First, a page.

On Tuesday night, the Anaheim City Council approved a bond that would facilitate the move of the Sacramento Kings to the city. The pressing question on everyone's mind is whether Southern California can support the Los Angeles Lakers, the Los Angeles Clippers and a relocated Kings team that is rumored to be named the Anaheim Royals.
ESPNLA.com reports that Anaheim's mayor, Tom Tait, says that he is confident the region's population demographics will support a third NBA team.
"I'm confident that an NBA team in Orange County will do very well," Tait said. "In terms of the potential fan base, we have more than 3 million people in Orange County alone. Add the Inland Empire and San Diego, and you have millions more. We are all part of the Southern California region, but Los Angeles and Orange County are far apart. Anyone who lives here knows that. We will fill the stands of the Honda Center when the NBA comes to town, believe me."Meanwhile, City Council Member Kris Murray not only said she was looking forward to coming up with "some creative way to replace the cowbell," she also eagerly opened up the "smack talk" with nearby Los Angeles.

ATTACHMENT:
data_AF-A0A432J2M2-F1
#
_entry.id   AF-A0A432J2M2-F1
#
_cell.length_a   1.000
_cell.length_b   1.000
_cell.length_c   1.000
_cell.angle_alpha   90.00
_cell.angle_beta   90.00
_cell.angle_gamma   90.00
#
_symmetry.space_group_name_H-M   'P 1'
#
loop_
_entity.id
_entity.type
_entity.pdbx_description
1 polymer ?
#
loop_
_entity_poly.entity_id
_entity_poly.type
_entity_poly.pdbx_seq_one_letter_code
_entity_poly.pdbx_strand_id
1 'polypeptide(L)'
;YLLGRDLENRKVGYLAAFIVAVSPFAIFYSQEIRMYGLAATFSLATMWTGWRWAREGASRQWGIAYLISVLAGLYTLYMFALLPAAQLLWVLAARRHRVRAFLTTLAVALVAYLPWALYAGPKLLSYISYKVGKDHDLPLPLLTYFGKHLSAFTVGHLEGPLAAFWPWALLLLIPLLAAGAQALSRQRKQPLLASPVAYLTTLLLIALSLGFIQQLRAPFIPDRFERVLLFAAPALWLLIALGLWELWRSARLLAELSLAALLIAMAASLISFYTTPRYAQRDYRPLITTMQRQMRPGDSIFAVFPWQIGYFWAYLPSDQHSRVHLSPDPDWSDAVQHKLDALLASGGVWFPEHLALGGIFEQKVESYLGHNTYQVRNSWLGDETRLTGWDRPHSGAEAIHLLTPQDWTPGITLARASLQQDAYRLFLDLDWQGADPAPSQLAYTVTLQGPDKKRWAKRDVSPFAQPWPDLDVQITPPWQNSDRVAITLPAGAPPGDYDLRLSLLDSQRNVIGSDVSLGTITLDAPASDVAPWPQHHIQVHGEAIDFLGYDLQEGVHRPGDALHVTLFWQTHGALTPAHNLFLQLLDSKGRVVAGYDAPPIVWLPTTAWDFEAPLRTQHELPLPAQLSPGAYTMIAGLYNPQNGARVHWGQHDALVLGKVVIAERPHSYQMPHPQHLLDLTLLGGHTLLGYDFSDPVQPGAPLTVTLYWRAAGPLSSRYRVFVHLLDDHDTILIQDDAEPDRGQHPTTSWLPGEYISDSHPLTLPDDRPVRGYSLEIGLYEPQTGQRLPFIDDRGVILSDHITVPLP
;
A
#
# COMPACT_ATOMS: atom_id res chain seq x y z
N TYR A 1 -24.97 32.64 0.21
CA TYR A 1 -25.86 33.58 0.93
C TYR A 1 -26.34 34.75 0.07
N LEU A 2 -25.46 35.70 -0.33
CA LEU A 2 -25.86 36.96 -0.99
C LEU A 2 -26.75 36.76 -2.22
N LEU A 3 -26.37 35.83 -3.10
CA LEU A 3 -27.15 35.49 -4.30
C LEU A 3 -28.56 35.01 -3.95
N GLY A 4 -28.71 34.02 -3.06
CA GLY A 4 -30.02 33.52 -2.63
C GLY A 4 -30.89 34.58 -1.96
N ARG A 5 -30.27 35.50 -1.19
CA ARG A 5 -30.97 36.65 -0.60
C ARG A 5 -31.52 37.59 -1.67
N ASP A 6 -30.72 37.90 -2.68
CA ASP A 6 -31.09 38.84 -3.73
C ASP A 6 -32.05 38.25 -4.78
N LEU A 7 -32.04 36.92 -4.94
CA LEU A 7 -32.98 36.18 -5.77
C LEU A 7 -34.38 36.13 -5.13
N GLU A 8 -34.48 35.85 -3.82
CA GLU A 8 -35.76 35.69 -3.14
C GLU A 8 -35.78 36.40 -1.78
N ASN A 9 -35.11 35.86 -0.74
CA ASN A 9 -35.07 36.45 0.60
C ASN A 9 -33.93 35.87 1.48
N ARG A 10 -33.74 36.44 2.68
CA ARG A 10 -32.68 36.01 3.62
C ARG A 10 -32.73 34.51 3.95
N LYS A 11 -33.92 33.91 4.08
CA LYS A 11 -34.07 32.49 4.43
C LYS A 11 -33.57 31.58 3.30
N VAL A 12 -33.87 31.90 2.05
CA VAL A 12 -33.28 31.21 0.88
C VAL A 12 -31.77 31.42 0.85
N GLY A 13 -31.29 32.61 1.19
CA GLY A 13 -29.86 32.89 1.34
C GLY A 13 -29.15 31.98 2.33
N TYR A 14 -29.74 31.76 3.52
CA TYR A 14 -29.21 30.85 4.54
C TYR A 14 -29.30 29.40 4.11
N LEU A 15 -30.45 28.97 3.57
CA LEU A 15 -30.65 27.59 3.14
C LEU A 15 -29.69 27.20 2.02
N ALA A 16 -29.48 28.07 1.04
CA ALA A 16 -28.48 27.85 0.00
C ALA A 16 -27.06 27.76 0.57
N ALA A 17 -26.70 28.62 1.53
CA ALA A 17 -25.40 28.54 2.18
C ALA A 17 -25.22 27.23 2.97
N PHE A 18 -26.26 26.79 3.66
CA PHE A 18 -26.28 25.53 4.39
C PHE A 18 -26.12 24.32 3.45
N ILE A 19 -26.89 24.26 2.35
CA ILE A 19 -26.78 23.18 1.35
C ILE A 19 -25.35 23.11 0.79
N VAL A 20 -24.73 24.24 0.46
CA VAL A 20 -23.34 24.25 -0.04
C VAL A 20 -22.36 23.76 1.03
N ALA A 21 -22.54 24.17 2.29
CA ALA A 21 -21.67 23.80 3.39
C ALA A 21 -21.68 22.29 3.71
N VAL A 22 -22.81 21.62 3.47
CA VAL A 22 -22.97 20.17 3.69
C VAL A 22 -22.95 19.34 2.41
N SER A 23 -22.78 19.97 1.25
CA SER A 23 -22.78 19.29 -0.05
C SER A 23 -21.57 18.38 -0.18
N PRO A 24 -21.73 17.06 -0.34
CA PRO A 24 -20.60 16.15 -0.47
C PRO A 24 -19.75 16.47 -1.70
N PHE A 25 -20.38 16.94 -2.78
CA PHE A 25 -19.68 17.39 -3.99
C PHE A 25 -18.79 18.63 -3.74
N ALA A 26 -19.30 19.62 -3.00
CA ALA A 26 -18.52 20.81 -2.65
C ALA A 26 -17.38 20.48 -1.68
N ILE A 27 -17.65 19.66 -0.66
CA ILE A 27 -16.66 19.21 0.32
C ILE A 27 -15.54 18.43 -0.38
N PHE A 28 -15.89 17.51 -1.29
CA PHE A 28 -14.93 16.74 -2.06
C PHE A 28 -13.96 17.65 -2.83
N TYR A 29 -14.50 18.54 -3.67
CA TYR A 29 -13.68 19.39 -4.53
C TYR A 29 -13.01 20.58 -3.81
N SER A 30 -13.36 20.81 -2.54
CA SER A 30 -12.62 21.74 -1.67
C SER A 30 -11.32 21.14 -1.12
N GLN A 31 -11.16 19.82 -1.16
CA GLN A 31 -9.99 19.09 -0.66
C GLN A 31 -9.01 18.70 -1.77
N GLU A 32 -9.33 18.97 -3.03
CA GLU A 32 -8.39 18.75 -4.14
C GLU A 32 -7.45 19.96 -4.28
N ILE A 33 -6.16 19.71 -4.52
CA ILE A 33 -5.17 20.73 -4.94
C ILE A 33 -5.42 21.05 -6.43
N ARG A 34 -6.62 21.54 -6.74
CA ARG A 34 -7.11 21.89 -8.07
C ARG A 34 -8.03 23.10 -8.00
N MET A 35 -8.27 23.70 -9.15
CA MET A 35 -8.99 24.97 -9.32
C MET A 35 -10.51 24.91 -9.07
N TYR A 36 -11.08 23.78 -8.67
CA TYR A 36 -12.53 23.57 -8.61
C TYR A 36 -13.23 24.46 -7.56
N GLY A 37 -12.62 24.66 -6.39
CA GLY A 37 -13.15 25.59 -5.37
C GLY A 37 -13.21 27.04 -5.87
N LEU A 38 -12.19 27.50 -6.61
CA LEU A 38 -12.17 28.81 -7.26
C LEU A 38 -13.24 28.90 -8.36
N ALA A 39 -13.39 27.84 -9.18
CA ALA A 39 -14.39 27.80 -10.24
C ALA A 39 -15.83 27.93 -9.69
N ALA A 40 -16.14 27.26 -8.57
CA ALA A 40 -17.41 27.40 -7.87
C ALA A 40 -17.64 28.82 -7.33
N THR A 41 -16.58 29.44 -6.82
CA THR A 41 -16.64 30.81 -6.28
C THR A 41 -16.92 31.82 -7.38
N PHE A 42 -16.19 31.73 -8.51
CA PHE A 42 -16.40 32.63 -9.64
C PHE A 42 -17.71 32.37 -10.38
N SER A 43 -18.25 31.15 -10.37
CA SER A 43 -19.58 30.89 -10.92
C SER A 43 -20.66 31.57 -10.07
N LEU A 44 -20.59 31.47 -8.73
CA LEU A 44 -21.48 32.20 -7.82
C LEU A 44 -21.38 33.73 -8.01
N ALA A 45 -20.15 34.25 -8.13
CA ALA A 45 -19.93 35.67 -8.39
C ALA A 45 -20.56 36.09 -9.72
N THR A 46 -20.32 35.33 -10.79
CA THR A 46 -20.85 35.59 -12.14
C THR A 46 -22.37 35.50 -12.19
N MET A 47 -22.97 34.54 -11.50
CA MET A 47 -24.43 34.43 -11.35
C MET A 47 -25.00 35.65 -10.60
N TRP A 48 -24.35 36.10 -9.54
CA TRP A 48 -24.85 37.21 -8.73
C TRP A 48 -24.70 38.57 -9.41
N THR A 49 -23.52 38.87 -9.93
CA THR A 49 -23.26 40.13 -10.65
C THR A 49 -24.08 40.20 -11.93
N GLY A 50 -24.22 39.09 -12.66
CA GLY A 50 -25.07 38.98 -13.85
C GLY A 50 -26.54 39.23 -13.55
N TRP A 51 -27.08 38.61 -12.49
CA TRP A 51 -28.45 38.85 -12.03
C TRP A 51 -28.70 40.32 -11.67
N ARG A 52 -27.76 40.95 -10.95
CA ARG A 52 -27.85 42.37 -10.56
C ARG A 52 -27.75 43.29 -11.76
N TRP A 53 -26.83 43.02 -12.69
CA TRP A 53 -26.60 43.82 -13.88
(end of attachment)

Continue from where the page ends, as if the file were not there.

"If I can start the smack talk a little bit early, the traffic models these days show that more folks commute from L.A. to Orange County than vice versa," Murray said. "So L.A. is our biggest suburb, and we are going to have a tremendous number of fans fill that arena."For the Maloof family, this relocation boils down to: "the grass in greener on the other side." It's too bad the people tending the nicer yard are already being jerky about it. Comments like Murray's remind everyone who doesn't live in California why they're so happy they don't live in California.
Anyway, by comparison, the greater Sacramento area is just over 2 million people, so if the Kings are to claim Orange County as their own, there's no question that they are upgrading in market size and potential fanbase. Plus, local government enthusiasm are clearly present in Anaheim. For the Kings, it probably feels really nice to be wanted.
The big struggle for the franchise will be putting a winning product on the court in the relatively short term to build on that momentum and to keep that customer base engaged. Everybody likes something new; nobody likes a loser.